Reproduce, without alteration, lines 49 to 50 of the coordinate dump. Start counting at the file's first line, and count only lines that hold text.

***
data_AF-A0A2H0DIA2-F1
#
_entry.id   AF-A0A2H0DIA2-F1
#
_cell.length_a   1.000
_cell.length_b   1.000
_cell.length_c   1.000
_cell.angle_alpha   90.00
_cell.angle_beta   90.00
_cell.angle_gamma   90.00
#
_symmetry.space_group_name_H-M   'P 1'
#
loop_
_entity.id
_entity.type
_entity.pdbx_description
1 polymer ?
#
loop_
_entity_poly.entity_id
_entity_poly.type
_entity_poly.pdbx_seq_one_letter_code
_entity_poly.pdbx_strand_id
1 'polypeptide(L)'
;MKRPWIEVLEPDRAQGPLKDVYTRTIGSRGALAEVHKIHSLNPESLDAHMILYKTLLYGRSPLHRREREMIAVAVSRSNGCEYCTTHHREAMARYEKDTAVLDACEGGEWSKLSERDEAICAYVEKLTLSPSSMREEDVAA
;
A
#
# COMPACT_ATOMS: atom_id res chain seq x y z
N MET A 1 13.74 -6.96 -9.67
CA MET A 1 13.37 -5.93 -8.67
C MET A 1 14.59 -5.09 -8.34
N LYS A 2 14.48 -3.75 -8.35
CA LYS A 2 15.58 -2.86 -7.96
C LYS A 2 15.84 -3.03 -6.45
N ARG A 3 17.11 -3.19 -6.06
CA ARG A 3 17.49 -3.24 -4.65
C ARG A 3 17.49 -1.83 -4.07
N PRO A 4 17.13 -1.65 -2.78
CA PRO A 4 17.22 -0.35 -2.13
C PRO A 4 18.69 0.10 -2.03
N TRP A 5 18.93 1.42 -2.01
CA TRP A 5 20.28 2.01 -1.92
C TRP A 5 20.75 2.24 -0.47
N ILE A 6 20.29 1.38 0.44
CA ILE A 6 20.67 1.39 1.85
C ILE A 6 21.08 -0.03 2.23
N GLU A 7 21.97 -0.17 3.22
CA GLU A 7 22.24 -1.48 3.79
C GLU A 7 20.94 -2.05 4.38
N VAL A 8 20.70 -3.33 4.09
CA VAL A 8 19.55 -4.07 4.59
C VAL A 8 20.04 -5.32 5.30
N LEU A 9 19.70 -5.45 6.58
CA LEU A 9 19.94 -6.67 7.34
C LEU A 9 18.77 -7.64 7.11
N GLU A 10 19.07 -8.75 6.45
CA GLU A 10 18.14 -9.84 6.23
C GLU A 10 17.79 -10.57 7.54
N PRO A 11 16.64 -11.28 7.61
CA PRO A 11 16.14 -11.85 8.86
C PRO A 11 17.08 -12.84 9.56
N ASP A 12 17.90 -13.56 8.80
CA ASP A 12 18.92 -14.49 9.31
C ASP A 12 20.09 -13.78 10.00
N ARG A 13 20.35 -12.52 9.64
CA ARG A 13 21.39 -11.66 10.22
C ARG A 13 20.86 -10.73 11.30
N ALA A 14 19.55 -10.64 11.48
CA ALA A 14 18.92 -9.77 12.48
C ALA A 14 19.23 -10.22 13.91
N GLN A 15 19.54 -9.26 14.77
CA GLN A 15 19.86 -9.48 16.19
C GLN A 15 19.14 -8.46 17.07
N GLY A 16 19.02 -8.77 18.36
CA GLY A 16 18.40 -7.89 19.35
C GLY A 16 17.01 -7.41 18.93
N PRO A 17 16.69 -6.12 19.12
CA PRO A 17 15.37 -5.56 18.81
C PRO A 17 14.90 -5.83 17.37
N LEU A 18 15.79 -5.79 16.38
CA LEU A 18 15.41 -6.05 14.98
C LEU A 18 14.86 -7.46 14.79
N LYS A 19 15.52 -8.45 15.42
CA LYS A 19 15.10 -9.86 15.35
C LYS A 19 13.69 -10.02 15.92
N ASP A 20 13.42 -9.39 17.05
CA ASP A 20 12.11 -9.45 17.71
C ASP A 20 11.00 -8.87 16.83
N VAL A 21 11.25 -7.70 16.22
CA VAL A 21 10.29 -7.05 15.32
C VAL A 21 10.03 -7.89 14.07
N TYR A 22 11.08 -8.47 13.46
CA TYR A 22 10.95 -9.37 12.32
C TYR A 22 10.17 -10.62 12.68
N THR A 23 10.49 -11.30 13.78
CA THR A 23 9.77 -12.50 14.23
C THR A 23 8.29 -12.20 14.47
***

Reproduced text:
N GLU A 7 21.97 -0.17 3.22
CA GLU A 7 22.24 -1.48 3.79